Martha Marcy May Marlene

Written & Directed by Sean Durkin
FACT Picturehouse
From 3rd February 2012

Reviewed by Colin Serjent

An unusual title of an unusual film. The title derives from the various names given to a young woman, Martha (Elizabeth Olsen), who is a member of a commune located amid the Catskill Mountains, led by the Charles Manson-like figure Patrick, chillingly played by John Hawkes.

After the mentally screwed up Martha escapes from their clutches, she is re-united with her middle-class and middle brow elder sister Lucy (Sarah Paulson), who is on holiday with her equally bland husband Tom (Hugh Dancy) by a tranquil lake in Connecticut.

The film deftly switches from Martha's time at the commune and the present day, ably assisted by top-drawer cinematography by Jody Lee Lipes. This juxtaposition serves to emphasise the almost complete contrast of living in a very small community and residing in the vast 'real world', with all its problems, real and imagined.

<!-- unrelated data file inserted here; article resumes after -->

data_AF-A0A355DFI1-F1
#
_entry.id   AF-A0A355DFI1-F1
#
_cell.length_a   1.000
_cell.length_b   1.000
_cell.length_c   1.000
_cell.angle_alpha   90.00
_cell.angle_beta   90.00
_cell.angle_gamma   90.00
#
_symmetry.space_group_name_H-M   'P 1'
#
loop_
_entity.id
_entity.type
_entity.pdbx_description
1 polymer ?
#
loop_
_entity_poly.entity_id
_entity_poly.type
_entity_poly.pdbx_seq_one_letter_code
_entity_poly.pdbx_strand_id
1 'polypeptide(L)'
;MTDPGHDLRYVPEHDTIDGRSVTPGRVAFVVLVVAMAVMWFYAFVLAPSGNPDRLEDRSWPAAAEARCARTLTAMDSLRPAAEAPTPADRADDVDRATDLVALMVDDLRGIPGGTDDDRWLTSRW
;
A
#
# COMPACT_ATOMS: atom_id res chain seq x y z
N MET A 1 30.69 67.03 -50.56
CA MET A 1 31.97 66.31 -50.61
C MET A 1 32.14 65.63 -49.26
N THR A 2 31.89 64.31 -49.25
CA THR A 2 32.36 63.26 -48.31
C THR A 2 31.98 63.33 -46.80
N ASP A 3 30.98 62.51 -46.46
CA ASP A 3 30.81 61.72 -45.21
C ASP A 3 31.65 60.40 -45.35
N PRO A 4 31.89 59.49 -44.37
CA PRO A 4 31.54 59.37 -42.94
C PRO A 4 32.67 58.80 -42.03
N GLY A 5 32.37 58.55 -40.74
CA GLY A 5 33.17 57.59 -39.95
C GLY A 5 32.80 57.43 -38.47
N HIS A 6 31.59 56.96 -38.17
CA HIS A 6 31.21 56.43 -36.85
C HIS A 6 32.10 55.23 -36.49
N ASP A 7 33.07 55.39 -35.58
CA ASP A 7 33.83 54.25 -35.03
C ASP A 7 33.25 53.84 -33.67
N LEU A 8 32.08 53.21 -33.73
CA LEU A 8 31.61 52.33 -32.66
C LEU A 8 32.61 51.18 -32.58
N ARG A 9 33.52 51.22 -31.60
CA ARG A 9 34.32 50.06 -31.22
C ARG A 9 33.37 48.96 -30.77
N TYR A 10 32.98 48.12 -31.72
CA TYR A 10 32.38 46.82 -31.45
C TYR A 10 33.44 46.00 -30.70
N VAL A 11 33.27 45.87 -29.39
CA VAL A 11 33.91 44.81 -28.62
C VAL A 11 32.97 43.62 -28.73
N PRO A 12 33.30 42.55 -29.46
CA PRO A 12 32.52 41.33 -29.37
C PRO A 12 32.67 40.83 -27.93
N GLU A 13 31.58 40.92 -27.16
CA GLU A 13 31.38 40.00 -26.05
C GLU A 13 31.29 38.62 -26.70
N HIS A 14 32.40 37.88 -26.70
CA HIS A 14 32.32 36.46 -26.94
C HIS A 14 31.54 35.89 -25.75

Martha increasingly finds it diificult to adjust to what, is to her, an alien world, and her oddball behaviour, such as walking into the bedroom where her sister and spouse are making love, leads to ever increasing conflict with the two of them.

At times you are not sure whether the flashbacks by Martha depicted in the film are actually a true recollection of what happened to her in the time she spent there or whether they are perhaps a figment of her fevered imagination. But this only adds to the multi-layered themes of the picture.

The final sequence is the proverbial icing on the cake of a riveting film.

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